Consumerism and transparency in healthcare have been trending for the last few years but will take on added significance in 2020 as costs for consumers show no signs of slowing down.
Aspects of market change, like pharmacogenomic (PGx) testing, has become increasingly incorporated into medical plan coverage through State Insurance Commission approved plan offerings. Allowing more use of testing for targeting appropriate drug use has gained acceptance along with paying for related services that will create delivery system efficiencies along with cost savings.
Harnessing technology to aid in managing health care costs remains a standard strategy. In 2018, the FDA issued a safety communication warning consumers and health care professionals about pharmacogenetic tests being marketed directly to consumers or offered through health care providers that claim to predict how a patient will respond to specific medications.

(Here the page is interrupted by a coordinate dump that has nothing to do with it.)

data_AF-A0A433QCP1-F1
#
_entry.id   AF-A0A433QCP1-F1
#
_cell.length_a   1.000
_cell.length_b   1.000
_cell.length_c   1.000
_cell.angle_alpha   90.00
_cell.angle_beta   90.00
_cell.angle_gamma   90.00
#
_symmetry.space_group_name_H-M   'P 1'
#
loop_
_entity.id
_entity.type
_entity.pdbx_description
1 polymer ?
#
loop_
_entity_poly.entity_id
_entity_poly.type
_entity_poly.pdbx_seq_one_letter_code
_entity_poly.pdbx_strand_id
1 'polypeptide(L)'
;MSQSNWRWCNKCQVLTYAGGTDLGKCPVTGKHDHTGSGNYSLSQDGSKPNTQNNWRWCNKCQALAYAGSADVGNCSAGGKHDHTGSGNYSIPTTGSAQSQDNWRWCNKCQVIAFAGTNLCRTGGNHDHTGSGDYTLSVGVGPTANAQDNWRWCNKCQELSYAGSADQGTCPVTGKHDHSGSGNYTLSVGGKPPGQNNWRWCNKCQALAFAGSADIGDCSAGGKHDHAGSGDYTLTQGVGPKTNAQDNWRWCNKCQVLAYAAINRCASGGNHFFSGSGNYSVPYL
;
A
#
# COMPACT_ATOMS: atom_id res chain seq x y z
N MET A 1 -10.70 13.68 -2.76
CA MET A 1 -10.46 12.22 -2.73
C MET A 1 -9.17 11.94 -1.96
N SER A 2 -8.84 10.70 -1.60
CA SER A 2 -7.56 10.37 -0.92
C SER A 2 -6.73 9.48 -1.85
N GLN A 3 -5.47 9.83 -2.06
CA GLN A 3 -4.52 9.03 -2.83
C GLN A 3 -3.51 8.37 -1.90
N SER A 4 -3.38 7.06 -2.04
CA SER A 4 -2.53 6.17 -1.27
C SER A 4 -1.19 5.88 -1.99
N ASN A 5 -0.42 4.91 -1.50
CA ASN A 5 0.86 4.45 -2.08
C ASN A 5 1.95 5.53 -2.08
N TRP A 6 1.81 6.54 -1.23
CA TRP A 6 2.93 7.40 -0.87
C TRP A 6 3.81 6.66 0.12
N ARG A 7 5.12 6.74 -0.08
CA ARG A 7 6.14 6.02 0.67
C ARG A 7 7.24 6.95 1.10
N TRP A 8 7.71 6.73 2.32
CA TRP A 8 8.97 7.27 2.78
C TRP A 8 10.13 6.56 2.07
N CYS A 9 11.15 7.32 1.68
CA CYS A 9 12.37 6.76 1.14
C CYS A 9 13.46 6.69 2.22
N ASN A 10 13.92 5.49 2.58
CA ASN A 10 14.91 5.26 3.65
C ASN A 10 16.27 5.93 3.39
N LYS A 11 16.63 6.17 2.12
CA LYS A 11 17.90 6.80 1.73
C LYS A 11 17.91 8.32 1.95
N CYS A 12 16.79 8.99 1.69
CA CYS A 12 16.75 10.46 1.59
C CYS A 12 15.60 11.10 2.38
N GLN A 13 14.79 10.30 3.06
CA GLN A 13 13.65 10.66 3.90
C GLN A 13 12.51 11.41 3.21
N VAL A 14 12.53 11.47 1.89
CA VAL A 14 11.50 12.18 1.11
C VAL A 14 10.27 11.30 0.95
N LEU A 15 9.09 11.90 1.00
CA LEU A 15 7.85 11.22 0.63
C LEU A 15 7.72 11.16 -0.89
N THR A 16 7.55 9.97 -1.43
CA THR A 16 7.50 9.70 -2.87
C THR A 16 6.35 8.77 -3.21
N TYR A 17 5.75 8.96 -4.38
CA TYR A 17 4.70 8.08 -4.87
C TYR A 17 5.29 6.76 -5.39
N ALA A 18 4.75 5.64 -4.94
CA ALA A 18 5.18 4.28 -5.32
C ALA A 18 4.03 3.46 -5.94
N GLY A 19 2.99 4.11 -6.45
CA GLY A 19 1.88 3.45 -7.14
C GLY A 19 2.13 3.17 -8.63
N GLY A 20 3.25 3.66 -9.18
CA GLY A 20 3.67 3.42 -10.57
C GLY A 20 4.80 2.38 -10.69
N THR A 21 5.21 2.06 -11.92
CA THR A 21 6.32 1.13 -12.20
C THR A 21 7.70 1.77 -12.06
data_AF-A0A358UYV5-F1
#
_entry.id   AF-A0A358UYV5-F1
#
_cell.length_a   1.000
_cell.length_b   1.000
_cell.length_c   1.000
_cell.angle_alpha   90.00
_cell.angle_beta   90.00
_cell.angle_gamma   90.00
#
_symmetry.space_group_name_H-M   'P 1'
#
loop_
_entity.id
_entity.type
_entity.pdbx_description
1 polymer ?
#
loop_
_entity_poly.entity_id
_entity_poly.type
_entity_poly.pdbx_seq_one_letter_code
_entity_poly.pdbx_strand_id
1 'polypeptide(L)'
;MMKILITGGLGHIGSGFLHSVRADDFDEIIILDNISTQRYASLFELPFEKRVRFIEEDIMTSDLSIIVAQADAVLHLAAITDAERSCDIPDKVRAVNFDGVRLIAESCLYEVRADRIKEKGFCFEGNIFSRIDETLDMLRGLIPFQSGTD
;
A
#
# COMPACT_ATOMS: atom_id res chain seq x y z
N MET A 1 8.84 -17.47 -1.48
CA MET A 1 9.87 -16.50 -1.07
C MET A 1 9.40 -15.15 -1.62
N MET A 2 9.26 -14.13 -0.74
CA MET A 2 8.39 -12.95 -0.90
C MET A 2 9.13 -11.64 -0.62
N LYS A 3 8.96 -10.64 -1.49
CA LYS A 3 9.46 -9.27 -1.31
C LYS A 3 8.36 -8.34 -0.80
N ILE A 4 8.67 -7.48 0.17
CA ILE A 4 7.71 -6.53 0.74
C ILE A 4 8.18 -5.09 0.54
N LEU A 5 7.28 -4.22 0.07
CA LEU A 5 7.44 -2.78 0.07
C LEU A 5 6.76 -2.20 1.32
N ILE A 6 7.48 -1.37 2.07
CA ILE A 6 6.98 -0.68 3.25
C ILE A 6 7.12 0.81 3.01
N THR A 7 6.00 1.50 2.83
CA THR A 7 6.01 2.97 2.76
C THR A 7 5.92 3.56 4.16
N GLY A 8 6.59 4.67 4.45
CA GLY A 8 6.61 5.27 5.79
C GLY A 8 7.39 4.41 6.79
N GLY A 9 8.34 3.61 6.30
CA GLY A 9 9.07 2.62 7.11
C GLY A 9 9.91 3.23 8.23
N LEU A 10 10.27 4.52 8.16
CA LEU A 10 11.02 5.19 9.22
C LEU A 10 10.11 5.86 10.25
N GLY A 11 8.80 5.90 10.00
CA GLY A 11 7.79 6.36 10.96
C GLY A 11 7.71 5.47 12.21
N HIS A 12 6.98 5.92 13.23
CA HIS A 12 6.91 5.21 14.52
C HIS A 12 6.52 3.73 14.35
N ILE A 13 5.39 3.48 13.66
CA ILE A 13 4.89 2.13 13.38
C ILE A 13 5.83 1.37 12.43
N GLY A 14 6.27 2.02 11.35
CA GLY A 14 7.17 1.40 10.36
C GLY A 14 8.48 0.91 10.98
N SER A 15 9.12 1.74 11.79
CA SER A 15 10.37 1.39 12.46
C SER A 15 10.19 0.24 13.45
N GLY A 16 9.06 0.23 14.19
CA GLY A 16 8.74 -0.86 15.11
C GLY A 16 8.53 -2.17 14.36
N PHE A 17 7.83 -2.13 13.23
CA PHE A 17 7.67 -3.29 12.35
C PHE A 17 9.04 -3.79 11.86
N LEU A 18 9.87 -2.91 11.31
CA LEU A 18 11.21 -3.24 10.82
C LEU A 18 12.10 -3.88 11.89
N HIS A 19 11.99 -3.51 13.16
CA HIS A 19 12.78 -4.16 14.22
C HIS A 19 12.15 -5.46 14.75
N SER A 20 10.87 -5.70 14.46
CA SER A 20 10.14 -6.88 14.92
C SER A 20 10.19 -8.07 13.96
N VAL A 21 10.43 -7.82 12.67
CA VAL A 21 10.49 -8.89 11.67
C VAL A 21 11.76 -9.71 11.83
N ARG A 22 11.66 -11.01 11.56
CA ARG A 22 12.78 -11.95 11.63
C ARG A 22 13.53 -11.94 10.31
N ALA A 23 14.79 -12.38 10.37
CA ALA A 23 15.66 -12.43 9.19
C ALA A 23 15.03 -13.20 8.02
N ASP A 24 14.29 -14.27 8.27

The FDA then reached out to several firms marketing pharmacogenetic tests with claims to predict how a person will respond to specific medications in cases where the relationship between genetic (DNA) variations and the medication’s effects has not been established.
Most firms addressed the FDA’s concerns at the time and continue to remove specific medication names from their labeling, including promotional material and patient test reports. The FDA is increasingly concerned about the effect that pharmacogenetic testing companies marketing may have on patient medication adherence and switching.
The Personalized Medicine Coalition (PMC), representing innovators, scientists, patients, providers and payers, has taken the lead in representing genetic testing firms, and is expected to work with the FDA on this issue.
Meanwhile, the FDA approved 23andMe’s Personal Genomic Service (PGS) Pharmacogenetic Reports. This marks the first direct-to-consumer test for pharmacogenetics of enzyme variants that may affect the way patients break down medications.
Also, UnitedHealthcare (UHC) announced an updated policy on pharmacogenetic (PGx) testing. It will cover testing that will allow physicians to match their patients to anti-depressants most likely to work for them based on their genetic profiles. The new coverage policy, which also includes multi-gene panel testing for antipsychotic medications, goes into effect on October 1, 2019.
Clearly, pharmacogenetic (PGx) testing and regulations governing its use will continue to emerge as an important issue in healthcare in the future.